Tag Archives: medical

New Flexibility For Health Reimbursement Plans

In an effort to reverse another aspect of the Affordable Care Act (“ACA”), the Trump Administration published a proposed rule in late October that would allow employers to reimburse employees for medical expenses through a stand-alone health reimbursement account (“HRA”).  Health care reform imposes a large excise tax on arrangements that reimburse employees for health care expenses without also providing a group health plan to employees.  The penalty was intended to drive employers to purchase group insurance plans for their employees but posed a huge challenge for small employers who saw such reimbursements as a natural alternative to offering employee health care coverage.  In the wake of rising health care costs, the Internal Revenue Service (“IRS”) recognized the burden such prohibition posed on small employers.  As a result, in 2017, the IRS chipped away at the prohibition by allowing employers with less than 50 full-time employees to offer special stand-alone HRAs, known as “Qualified Small Employer Health Reimbursement Accounts” or “QSEHRAs.”  The government now takes one step further by proposing to allow both small and mid-size employers to offer HRAs to their employees, even if they do not offer traditional group coverage.  The Proposed Rule intends to accomplish two major goals: (1) permit HRAs to be integrated with individual health insurance coverage; and (2) expand the definition of benefits in order to allow reimbursement for stand-alone dental, limited scope vision, and other plans.

i.                     The Proposed Integration Rules

HRAs are tax-free, employer-funded accounts used to pay for out-of-pocket, qualified medical expenses.  HRAs have been part of the health care market for years, but the ACA tried to discourage the use of HRAs to prevent employers from pushing employees with health risks into the individual market.  Currently, employers can only offer an HRA to their employees if it is “integrated” with a major group medical plan sponsored by the employer.  Under the new Proposed Rule, employers would be able to offer HRAs to employees with individual health insurance coverage if certain conditions are met.  For example, under the Proposed Rule, an employer cannot offer a stand-alone HRA and a traditional group health plan to the same group or class of employees.  Additionally, while HRA reimbursement amounts can vary to reflect age-based health coverage pricing, reimbursement amounts cannot vary based on the health-risk posed by the employee.  In other words, the general rule requires that the HRA integrated with individual health insurance coverage be offered on the same terms to all employees of the same class (e.g., full-time, part-time, seasonal, etc.).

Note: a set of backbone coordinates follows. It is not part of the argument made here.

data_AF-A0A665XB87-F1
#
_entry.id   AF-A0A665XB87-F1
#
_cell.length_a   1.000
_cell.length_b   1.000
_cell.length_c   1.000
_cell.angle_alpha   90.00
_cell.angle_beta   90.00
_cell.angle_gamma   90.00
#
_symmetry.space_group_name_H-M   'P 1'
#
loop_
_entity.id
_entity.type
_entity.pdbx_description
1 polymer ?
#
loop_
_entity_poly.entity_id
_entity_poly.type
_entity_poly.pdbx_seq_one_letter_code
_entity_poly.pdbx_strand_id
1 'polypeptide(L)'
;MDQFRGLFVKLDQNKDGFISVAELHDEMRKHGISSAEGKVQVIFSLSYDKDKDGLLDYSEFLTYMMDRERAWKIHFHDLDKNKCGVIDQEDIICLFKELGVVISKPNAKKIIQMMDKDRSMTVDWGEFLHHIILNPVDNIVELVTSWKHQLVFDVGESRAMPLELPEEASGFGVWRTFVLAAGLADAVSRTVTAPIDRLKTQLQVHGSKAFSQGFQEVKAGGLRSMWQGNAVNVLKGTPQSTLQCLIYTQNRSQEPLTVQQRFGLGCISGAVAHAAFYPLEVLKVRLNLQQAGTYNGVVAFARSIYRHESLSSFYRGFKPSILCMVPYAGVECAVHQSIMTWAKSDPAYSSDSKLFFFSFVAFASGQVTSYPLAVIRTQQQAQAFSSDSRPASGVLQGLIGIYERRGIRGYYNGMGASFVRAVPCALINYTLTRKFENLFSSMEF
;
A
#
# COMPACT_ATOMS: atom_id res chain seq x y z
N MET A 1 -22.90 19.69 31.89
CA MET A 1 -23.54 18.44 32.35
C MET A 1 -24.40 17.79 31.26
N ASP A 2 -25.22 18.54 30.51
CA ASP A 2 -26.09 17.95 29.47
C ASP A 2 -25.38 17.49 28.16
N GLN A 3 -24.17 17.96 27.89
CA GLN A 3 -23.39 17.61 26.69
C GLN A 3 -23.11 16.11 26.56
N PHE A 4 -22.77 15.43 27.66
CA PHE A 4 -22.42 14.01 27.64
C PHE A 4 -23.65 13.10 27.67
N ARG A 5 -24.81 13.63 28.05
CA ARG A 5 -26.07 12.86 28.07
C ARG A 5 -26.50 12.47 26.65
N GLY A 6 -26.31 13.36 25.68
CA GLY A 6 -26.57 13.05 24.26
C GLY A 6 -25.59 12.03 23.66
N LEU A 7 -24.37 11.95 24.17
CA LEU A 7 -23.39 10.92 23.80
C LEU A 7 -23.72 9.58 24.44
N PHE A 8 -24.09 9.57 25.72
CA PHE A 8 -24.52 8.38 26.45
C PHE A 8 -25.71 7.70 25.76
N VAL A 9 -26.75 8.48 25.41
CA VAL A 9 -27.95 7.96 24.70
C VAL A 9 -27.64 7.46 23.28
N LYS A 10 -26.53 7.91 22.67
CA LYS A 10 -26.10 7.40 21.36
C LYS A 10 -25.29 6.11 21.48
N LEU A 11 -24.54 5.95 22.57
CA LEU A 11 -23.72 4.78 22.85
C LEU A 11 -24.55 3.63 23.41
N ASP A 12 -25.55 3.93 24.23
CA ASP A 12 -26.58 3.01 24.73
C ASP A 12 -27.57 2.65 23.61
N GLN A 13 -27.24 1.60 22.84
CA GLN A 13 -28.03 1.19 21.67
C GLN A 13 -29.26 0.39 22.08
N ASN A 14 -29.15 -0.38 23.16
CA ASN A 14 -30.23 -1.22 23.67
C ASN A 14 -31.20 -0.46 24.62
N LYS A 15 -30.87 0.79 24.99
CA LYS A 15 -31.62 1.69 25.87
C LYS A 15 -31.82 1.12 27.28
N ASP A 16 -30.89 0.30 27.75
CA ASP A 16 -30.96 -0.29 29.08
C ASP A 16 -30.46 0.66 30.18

ii.                   Limited Excepted Benefits under the Proposed Rule

The Proposed Rule also offers employers the opportunity to offer an HRA to its employees, even if its employees do not have any major medical coverage at all.  Under the Proposed Rule, an HRA will be considered a “limited excepted benefit” exempt from the integration rules if: (1) the HRA is not an integral part of the plan; (2) the HRA does not provide reimbursements in excess of $1,800 per year; (3) the HRA does not reimburse premiums for certain health insurance coverage; and (4) the HRA is made available under the same terms to all similarly situated individuals.  The HRA is not an “integral part of the plan” if the participant is offered the opportunity to enroll in an employer-sponsored group health plan.  Additionally, the HRA cannot reimburse the participant for premiums for individual health insurance coverage, coverage under a group health plan, or Medicare parts B or D.  Rather, the HRA could reimburse employees for premiums for dental plans, limited scope vision plans, or other “excepted benefits.”

iii.                  The Proposed Rule and QSEHRAs

HRAs under the Proposed Rule are different from QSEHRAs.  QSEHRAs have specific, stringent requirements and only apply to employers with less than 50 full-time employees.  However, QSEHRAs have a higher statutory dollar limit on reimbursements.  While an employer-sponsored QSEHRA can reimburse employees up to $5,050 for individuals and $10,250 for families, a stand-alone HRA under the new Proposed Rule can only reimburse employees for up to $1,800 worth of medical expenses.  In other words, some small employers hoping to reimburse employees up to the highest dollar amount available might find that QSEHRAs are a more attractive option.  Another difference between QSEHRAs and the stand-alone HRAs under the Proposed Rule is the ACA consequences applicable to employers.  Under the Proposed Rule, if group health plan coverage is unaffordable for an employee enrolled in the stand-alone HRA, the employer will be subject to ACA penalties if the employee opts out of coverage and qualifies for a premium tax credit subsidy.  In contrast, QSEHRAs do not impose penalties on employers if the reimbursements do not make health coverage “affordable,” because small employers eligible to establish QSEHRAs are not subject to the pay-or-play mandate.